(Host) House Democratic leaders have unveiled a tax plan that includes a new revenue sharing proposal for all towns in the state. Republican leaders said they would oppose the measure because it represents additional state spending.
VPR’s Bob Kinzel reports.
(Kinzel) In announcing their plan, the Democrats made it clear that they support half of Governor Jim Douglas’s tax equity proposal – the half that raises roughly $15 million in new revenue by eliminating an exemption on capital gains.
What they don’t support is the way that Douglas wants to spend this money. The governor has proposed a small personal income tax cut. House Democratic leader Gaye Symington says that plan primarily benefits wealthy people. So the Democrats are backing a plan that returns the $15 million to all Vermont towns on a per capita basis.
Symington says individual towns can then decide how to spend this money:
(Symington) “Our towns need help. Our proposal would allow towns to determine the balance between tax cuts and addressing the needs of their communities. We feel it is our communities that can best determine whether to use the funds to reduce a regressive property tax or whether instead to pay for their rising health care insurance costs, replace the roof on the library, repave more miles of road or for example employ youth in summer programs.”
(Kinzel) The head of the Vermont League of Cities and Towns, Steve Jeffrey, enthusiastically supported the plan:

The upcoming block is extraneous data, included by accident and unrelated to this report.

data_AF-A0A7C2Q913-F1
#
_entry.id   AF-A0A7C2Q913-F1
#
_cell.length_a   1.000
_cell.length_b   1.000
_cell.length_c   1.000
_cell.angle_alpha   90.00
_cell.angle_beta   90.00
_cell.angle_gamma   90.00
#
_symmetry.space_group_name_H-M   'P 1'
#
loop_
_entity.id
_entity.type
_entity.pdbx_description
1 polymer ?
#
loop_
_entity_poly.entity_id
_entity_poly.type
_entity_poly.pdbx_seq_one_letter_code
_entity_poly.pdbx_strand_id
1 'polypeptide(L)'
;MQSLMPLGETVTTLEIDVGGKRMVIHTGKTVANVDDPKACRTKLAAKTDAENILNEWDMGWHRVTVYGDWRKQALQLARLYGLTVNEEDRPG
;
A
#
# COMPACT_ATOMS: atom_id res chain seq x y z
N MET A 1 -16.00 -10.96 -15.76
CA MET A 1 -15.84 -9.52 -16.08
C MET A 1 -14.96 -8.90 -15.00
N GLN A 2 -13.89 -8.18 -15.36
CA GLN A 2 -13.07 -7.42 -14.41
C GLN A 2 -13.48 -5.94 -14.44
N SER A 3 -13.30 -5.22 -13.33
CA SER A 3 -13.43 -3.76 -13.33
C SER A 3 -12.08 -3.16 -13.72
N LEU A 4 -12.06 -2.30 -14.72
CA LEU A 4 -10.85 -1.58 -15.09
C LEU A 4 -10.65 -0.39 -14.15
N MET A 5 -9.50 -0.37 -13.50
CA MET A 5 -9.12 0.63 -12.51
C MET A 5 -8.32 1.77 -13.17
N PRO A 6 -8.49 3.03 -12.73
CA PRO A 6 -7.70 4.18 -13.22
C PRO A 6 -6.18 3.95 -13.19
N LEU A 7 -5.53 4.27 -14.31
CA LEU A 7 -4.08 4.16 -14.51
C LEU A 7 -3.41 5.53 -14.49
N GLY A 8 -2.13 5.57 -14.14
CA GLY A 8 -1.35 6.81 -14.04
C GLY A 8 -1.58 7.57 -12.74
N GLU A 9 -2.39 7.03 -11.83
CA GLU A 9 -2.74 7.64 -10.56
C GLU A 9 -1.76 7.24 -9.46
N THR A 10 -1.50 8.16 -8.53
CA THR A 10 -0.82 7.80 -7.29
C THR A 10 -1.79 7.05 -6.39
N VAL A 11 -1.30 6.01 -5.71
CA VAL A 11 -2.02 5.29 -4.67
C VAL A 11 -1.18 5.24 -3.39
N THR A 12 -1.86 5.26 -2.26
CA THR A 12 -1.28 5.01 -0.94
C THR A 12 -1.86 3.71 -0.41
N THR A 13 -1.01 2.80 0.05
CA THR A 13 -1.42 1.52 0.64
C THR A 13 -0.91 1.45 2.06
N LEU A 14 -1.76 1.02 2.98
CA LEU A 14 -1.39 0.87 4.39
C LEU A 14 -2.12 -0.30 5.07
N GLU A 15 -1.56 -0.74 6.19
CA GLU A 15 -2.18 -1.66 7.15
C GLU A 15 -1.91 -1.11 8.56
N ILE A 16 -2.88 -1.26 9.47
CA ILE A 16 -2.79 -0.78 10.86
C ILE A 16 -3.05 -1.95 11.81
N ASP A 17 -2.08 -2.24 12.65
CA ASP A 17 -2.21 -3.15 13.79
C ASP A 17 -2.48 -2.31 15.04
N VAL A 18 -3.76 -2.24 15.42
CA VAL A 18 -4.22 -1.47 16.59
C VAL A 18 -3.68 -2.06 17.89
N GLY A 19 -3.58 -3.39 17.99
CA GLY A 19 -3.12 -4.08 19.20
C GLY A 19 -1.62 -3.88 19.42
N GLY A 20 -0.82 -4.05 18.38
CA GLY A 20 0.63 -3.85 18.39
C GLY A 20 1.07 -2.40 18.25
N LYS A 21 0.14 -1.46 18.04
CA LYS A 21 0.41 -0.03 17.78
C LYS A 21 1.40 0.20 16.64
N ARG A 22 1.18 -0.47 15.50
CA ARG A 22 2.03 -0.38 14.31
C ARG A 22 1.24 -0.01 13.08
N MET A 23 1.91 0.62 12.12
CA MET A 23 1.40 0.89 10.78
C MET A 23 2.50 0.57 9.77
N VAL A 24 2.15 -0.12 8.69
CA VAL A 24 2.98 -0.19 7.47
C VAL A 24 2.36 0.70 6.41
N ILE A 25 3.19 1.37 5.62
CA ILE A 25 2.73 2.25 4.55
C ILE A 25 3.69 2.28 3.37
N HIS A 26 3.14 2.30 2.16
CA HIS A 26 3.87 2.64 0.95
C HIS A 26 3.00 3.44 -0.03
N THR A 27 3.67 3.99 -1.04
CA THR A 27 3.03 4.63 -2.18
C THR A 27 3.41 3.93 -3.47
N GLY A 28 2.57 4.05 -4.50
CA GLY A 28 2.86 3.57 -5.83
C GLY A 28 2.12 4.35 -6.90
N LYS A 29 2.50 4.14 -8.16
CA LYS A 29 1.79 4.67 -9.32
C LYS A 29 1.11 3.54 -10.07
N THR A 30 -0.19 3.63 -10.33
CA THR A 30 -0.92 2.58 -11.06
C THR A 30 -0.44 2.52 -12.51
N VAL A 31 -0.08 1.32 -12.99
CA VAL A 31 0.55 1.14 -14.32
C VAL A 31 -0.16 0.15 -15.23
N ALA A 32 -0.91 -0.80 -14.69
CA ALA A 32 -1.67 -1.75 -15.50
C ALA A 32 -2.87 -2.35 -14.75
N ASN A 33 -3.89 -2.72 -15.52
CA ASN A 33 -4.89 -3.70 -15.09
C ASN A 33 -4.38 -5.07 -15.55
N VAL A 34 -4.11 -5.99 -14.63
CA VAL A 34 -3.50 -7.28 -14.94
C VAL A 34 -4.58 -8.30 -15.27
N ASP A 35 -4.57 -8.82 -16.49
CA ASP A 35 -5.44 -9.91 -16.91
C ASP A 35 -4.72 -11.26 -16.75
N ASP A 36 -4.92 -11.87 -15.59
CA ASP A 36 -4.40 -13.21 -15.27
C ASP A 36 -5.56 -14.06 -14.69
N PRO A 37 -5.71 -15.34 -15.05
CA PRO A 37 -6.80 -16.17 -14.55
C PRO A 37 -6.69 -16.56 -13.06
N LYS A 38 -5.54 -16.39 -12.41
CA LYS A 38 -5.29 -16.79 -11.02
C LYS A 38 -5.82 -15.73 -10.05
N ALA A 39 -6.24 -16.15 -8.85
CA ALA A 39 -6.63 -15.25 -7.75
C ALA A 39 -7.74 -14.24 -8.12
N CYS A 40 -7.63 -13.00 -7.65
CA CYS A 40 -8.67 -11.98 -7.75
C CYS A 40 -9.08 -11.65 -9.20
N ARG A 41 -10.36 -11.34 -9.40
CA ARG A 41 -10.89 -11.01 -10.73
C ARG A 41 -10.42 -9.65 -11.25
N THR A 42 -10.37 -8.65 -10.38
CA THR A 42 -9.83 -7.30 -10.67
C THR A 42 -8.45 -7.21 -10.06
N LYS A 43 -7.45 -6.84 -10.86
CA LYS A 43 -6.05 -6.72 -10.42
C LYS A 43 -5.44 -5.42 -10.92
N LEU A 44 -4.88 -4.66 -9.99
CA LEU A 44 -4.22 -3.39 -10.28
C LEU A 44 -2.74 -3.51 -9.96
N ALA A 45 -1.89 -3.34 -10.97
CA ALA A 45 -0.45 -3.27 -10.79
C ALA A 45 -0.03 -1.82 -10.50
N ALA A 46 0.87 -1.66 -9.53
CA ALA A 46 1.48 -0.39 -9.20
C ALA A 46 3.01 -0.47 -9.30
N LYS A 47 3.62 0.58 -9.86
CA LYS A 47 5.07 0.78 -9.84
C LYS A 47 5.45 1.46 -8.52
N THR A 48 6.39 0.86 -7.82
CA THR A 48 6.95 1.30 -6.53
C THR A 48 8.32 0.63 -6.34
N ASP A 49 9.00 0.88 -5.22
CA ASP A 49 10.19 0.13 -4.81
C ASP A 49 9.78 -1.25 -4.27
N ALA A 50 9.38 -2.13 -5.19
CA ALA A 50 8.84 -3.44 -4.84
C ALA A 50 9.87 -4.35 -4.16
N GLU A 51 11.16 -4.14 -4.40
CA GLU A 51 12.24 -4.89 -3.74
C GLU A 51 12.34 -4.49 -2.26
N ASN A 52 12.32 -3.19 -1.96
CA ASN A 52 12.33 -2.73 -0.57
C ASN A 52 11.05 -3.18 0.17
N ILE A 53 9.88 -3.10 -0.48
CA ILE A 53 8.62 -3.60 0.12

(Jeffrey) “So there are a lot of opportunities that we would have to use that money efficiently. The other nice thing about this is it’s the voters themselves, the taxpayers themselves who are going to be able to choose whether they want to apply it to property tax relief or to meeting some unmet needs that they’ve avoided having to pay for until now.”
(Kinzel) The reaction from Republican leaders was very different. House Ways and Means Chairman Dick Marron said he couldn’t support it:
(Marron) “The more money we raise, the more – I’m sure – there’s an unlimited appetite out there for spending. We already have a high level spending in Vermont. There’s a limit to what we can afford. So I think we need to be mindful of that.”
(Kinzel) If the proposal isn’t included in the final bill drafted by the Ways and Means Committee, House Democrats say they’ll try attach it as an amendment when the governor’s tax bill comes to the House floor for a vote.
For Vermont Public Radio I’m Bob Kinzel in Montpelier.